Wednesday 13 December 2023, 3.00PM to 5:00 PM
Speaker(s): Dr Christine Cheng
In the aftermath of the Liberian civil war, groups of ex-combatants seized control of key natural resource enclaves in the country. With some of them threatening a return to war, these groups were widely viewed as the most significant threats to Liberia’s hard-won peace. But this characterization oversimplifies who these groups are and what they represent. Instead, the ways in which these groups operated in post-war Liberia challenged the idea that they were simply peace spoilers. Instead, it was equally important to understand that in weak states with contested authority and corruption, these groups provided order and dispute resolution, and were able to establish norms of compliance through trade. Fundamentally, the core building blocks of post-conflict statebuilding were rooted in trade, not war. These findings raise uncomfortable questions about legitimate governance, trust in states, corruption, and the effectiveness of international peacebuilding and statebuilding efforts.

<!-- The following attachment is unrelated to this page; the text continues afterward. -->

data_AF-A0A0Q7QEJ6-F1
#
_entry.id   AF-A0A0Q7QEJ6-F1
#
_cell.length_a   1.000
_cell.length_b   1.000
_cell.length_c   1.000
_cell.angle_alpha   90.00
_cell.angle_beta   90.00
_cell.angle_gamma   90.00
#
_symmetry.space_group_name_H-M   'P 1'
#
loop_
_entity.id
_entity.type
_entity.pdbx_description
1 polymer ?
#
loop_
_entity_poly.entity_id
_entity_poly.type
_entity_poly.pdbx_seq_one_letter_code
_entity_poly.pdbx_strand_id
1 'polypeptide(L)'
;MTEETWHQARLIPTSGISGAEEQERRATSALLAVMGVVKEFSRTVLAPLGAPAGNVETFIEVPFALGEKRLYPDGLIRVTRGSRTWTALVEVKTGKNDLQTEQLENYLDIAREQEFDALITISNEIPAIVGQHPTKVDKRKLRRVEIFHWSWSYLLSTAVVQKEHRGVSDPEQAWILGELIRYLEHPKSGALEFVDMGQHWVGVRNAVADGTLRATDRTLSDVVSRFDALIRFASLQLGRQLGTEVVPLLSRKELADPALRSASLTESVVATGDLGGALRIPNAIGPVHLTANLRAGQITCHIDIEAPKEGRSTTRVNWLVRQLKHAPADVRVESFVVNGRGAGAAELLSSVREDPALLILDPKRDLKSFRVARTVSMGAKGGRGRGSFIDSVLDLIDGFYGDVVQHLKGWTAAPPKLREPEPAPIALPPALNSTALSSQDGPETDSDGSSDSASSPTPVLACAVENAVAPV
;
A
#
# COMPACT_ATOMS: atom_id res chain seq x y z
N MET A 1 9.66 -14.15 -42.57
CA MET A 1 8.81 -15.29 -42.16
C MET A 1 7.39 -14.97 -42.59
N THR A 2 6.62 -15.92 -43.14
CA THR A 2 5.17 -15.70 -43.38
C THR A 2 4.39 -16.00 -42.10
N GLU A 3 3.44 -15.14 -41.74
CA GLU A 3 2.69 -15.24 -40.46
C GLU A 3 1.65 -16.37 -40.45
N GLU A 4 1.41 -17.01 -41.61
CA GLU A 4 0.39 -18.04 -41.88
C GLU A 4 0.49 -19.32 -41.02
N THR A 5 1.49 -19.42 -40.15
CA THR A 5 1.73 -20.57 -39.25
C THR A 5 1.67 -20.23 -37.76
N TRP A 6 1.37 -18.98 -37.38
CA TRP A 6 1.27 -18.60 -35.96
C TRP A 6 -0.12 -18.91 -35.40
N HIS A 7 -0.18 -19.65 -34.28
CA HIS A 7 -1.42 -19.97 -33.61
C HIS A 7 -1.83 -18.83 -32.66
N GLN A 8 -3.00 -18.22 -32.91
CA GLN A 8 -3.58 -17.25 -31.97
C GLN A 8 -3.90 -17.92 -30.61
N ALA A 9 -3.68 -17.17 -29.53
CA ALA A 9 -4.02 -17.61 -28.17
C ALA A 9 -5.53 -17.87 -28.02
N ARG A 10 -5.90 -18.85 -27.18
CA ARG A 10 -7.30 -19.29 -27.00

Christine Cheng is Senior Lecturer in War Studies at King’s College London. She is an award-winning author, policy advisor, and political activist. Dr Cheng studies the rebuilding of societies after violent armed conflict. She co-led the UK government’s Elite Bargains project, which later became the foundation for the UK’s conflict stabilisation policy.
Adrian Leftwich was a student leader active in the early 1960s in the anti-apartheid struggle. He came to Britain, where he was a prominent academic in the Department of Politics at the University of York.
Location: P/X/001, School of Physics, Engineering and Technology
Admission: Free, must register